10 Keys to Surviving, Even Thriving
Separations, divorces, deaths in the family, economic hardships, illnesses…many of our Sixty and Me community have made it through difficult times and are survivors. We have learned from our experiences and from the experiences of others.
One of my favorite TV shows is the History Channel’s Alone, a reality show that starts by putting ten survival experts each about five miles apart on the shores of Vancouver Island, basically an uninhabited jungle, and awards half a million dollars to the contestant who quits last. They are given some standard survival gear and can choose a limited amount of additional stuff, but they will have to weather the rainy Vancouver climate and try to find food from the ocean and in the jungle, while coping with complete solitude. The first year had five of the ten contestants quit within the first week, and the winner won by enduring for 56 days. The second year’s crew did much better, the new group having learned from watching films of the first bunch.
Relatedly and recently, an exciting and dramatic adventure novel, Paul Draker’s New Year Island, examines the question of what qualities are crucial to successful survival under very unusual conditions. It made me wonder to what degree these qualities might be important in our everyday lives.
Draker’s book presents an Alone-like competition on an isolated island. Early on, novelist Draker has a lecturer tell the competitors what characteristics psychologists have found to be common among the exceptional one-tenth who survive extraordinary, life-or-death situations:
1. WILL TO LIVE - survival is as much mental as physical.
2. RESILIENCE - flexible in the face of adversity.
3. SELF-CONFIDENCE - feel no need to prove anything to anybody.
4. PLAYFUL CURIOSITY - experiment, break rules, test limits.
5. ALERTNESS - appraise changing situations rapidly, read people well.
6. UNPREDICTABILITY - combine opposing characteristics for flexibility and surprise.
7. EMPATHY - care about others without being paralyzed by concern.
8. INTUITION - trust their feelings, their instincts.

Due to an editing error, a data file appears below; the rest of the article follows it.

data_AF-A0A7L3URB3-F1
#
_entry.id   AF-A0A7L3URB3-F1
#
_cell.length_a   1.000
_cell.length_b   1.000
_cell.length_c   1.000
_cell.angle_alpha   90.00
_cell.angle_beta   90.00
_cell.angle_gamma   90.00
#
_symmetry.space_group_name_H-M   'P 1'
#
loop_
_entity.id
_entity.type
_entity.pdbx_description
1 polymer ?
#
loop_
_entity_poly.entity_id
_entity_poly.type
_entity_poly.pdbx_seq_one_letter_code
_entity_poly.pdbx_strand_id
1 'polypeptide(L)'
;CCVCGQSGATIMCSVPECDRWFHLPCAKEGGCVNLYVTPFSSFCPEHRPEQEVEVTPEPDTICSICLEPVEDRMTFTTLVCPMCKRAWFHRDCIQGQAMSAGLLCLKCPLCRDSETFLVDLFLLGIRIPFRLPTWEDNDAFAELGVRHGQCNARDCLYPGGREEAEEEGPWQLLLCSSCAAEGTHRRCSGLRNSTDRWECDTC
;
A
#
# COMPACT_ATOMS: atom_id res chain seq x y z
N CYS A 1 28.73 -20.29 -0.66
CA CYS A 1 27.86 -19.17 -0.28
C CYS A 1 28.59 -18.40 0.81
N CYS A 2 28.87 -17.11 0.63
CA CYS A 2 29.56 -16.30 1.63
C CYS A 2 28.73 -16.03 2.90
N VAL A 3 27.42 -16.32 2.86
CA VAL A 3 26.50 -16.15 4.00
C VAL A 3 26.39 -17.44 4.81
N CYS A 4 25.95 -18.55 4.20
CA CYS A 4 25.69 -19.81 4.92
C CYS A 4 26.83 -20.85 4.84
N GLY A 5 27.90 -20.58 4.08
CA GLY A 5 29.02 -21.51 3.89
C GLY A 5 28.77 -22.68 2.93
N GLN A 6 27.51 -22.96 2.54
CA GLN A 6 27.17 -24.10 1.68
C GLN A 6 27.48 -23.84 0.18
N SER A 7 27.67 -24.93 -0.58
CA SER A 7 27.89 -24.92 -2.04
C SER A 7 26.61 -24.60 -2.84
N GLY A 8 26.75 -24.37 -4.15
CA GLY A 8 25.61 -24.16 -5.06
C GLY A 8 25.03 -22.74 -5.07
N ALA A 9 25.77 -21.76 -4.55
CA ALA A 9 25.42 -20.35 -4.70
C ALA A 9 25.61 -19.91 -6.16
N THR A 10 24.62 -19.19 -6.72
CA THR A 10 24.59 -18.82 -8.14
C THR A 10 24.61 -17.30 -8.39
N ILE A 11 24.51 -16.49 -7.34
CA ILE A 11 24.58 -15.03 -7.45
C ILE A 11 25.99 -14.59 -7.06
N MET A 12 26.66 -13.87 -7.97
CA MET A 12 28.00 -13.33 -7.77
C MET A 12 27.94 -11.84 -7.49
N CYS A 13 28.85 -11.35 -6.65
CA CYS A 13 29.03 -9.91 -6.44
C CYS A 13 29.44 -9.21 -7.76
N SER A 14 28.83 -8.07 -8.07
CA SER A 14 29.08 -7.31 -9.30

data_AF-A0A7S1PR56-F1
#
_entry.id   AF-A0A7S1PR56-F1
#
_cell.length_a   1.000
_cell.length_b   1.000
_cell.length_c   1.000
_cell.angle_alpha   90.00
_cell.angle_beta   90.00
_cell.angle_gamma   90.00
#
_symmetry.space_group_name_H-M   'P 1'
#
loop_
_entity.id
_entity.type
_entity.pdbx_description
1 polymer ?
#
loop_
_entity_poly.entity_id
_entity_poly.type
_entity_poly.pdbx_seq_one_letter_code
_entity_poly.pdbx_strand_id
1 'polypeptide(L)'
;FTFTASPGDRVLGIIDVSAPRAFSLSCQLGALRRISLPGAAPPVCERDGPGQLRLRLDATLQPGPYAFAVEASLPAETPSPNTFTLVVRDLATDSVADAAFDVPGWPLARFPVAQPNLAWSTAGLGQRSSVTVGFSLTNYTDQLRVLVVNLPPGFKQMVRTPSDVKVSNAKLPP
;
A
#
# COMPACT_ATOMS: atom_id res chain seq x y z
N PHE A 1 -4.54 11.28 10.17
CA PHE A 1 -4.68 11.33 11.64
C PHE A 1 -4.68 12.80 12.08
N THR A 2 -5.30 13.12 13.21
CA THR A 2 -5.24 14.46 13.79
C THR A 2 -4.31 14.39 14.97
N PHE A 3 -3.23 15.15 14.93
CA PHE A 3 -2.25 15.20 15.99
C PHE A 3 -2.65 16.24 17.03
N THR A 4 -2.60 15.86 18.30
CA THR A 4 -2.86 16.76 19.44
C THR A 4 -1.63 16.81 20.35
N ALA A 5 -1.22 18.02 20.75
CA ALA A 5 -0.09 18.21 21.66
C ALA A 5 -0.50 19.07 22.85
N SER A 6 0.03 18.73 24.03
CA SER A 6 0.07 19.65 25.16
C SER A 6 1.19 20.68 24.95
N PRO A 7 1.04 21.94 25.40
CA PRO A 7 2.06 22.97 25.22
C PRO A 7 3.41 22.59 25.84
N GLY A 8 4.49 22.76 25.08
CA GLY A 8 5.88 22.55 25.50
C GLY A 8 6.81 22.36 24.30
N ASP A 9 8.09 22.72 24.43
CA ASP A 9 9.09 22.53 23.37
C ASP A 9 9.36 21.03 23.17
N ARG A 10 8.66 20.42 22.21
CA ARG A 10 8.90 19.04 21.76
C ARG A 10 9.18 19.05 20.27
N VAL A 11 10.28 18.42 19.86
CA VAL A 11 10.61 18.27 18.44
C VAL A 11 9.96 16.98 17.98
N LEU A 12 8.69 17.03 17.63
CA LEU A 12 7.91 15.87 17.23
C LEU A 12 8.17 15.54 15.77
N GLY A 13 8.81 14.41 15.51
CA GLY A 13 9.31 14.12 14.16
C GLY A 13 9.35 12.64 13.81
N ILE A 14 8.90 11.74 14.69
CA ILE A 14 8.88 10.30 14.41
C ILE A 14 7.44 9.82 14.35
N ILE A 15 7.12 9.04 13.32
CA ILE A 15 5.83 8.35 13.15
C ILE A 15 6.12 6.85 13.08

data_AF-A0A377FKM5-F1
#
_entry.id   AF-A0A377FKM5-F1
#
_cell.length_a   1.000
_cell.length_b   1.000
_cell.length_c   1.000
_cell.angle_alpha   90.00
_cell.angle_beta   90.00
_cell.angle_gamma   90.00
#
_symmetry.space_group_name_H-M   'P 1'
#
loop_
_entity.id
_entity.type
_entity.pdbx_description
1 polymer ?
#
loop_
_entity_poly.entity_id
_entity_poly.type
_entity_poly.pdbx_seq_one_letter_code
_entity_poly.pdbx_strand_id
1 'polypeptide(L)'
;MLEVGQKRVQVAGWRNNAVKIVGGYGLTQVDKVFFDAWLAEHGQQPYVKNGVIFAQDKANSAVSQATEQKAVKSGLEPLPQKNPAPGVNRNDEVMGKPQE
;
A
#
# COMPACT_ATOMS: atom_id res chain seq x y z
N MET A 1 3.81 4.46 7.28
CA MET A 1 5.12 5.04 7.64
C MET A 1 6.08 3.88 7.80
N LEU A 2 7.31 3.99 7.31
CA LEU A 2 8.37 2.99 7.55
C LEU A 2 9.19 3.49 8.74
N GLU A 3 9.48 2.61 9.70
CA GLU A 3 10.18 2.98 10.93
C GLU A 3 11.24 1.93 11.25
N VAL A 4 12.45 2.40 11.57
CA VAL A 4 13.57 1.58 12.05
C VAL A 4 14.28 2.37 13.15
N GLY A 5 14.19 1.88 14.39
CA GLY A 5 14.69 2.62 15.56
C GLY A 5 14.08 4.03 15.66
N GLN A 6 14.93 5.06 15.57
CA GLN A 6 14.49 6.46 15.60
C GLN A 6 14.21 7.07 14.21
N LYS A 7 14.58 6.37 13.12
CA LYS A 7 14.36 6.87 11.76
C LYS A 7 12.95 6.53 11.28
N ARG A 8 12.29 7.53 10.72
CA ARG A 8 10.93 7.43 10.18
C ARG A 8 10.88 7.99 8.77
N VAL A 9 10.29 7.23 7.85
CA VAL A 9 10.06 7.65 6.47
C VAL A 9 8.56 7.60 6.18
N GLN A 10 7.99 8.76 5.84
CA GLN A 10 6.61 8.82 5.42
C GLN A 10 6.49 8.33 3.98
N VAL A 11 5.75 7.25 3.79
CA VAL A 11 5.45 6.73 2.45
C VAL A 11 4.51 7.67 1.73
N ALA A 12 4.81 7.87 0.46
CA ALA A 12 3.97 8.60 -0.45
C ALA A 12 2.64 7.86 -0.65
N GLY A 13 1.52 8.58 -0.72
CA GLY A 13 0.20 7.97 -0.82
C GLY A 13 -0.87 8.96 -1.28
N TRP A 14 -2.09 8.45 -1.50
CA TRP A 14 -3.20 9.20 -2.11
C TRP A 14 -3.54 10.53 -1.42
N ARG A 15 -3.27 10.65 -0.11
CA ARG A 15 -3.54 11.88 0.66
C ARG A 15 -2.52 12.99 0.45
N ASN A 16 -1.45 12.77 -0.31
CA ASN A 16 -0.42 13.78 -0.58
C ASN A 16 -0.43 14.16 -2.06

9. SYNERGY - combine dissimilar elements, making hard problems easier.
10. SPIRITUALITY - have faith and believe they will survive.
How can these attributes contribute to our own lives, even outside of crises?
Will to Live
This is the basic version of what the French call joie de vivre, an exuberant, energetic appreciation of the gift of life, a gift that comes with an expiration date unknown to us. We enjoy life fully, while we can.
Resilience helps us cope with ups and downs, twists and turns…at work, at play, at home. We don’t sweat the small stuff, don’t fuss about minor matters. We accept that life is change. Defeat is temporary.
Self-confidence fuels our moving forward. It attracts others to us, as long as we do not become smug or over-confident. We succeed partly because we believe we can.
Playfulness adds to our enjoyment of life and to the enjoyment felt by those with whom we interact, helping us to attract allies. Competition in business or school or even in love can be seen as a game, and we can take an attitude of “win some, lose some” to temper our elation at winning or our dejection at losing. Playfulness can stimulate creativity.
We must be alert, aware of our environment and the people around us. Opportunity may knock, but we must be listening to hear it. Prudent early action can prevent major problems.
“Unpredictability”? This surprised me. What author Draker meant was that we should not bring the same approach to all our situations. We need to be able to be rational or emotional, sweet or acerbic, soft or firm, even gentle or rough, as appropriate. Varying your style can reveal new options to you. If your only approach is to be a hammer, you will misjudge problems to be nails.
Empathy is not just nice, it is a component of success. Our consideration for the feelings of others will often be returned through their consideration for us. Teamwork is fostered, allies gained and maintained. Shared success is more likely and more valuable than individualistic failure.
We know more than we can prove. Can you trust him? Is she a true friend? Going with your gut has merit, although one needs to apply it cautiously. The heart has reasons the mind cannot grasp. However, if we get solid information that contradicts our gut feelings, it is time to reconsider.
Synergy occurs when the combination of two things produces results much greater than the simple sum of the two would predict. When two people do more than just fill gaps, they have synergy. When each improves and reinforces the other, this pairing out-performs prediction.
Spirituality has been found helpful, often crucial, in sustaining those in terrible situations. In our daily lives, a belief in the benevolence of the universe or a faith in the guidance of a Supreme Being helps propel us through adversity and contributes to confidence, resilience, empathy, and enjoyment of life. Besides, God might just give us a helping hand.
You can be thriving, not just surviving. Skills that have gotten you this far can be honed to take you farther still. Play on!
Have you weathered a situation recently that made you feel like a survivor? Did some of these listed skills come into play?
A former Harvard environmental science professor, Dr. Cooper is an author who helps others write and publish their books, via his business http://WriteYourBookWithMe.com. His life's central theme has been a half-century romance (http://TingandI.com) with Tina Su Cooper, his wife, now quadriplegic due to multiple sclerosis and receiving 24/7 nursing care at home, as discussed at their website here.
First published, somewhat edited, in sixtyandme.com ezine:
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